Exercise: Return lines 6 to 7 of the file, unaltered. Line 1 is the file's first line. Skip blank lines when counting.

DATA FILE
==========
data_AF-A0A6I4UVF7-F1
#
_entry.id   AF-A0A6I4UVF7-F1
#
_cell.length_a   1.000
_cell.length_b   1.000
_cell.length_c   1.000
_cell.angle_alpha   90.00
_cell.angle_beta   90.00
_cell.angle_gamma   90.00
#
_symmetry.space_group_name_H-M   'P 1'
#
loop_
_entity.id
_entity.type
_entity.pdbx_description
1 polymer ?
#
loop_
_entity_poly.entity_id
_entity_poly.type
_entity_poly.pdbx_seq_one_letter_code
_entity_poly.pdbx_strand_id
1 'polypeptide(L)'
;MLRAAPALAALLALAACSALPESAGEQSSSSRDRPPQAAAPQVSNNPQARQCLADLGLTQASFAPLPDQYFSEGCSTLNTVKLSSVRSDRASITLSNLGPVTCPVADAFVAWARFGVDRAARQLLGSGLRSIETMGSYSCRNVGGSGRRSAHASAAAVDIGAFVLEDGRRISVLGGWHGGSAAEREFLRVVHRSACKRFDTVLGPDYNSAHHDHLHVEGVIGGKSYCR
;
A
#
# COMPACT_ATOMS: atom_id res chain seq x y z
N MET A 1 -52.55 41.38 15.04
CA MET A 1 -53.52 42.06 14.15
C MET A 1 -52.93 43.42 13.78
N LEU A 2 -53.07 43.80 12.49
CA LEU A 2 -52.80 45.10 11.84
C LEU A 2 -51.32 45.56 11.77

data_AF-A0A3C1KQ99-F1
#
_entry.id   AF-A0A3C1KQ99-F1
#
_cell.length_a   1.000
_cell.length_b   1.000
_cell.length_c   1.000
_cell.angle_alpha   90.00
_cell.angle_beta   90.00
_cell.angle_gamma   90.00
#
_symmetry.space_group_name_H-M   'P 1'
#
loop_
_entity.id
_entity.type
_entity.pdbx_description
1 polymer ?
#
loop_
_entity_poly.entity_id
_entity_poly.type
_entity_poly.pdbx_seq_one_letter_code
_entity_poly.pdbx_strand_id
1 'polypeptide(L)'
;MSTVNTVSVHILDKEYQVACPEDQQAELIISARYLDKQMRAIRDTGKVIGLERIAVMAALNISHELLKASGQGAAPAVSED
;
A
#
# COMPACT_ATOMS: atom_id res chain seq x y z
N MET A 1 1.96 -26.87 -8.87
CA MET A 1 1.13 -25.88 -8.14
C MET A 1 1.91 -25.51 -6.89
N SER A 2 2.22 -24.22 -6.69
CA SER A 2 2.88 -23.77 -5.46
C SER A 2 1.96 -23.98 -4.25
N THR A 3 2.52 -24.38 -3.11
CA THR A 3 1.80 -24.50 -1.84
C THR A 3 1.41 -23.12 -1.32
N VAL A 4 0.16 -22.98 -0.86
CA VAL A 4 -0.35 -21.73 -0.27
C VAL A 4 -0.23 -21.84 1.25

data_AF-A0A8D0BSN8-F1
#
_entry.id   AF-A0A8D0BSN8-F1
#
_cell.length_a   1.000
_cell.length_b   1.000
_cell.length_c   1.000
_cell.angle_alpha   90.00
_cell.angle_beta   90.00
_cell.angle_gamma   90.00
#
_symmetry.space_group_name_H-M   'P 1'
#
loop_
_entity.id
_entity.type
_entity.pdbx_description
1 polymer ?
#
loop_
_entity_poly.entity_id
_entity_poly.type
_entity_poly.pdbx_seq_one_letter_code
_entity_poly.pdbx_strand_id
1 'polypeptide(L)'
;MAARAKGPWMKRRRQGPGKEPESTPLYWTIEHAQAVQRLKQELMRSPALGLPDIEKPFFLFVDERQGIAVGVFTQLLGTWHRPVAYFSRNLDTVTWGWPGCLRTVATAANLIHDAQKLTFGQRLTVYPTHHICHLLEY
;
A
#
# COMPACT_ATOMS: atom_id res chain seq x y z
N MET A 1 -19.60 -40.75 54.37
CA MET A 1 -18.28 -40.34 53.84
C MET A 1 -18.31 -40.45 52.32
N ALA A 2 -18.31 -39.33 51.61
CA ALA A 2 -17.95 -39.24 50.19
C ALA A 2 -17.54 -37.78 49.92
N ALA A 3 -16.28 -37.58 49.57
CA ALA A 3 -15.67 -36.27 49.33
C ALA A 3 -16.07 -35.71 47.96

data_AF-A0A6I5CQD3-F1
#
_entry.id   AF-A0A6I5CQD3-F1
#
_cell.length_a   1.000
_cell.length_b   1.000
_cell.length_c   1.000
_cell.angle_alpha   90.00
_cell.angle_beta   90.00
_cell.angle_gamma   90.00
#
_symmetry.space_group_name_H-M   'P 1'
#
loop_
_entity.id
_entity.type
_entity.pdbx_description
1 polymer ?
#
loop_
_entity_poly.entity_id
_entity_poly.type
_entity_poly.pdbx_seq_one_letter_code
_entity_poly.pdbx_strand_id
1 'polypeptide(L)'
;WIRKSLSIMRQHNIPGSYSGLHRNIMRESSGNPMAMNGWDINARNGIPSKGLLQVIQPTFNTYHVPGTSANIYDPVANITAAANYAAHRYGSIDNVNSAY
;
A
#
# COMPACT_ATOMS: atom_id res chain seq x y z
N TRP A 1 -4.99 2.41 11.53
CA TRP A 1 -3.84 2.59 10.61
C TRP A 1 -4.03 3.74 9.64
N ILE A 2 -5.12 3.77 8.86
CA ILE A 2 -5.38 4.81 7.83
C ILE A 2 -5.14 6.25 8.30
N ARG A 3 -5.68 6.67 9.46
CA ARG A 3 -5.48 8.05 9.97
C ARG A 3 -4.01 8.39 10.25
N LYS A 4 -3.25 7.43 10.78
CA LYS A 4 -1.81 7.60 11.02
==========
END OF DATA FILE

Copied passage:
_cell.length_b   1.000
_cell.length_c   1.000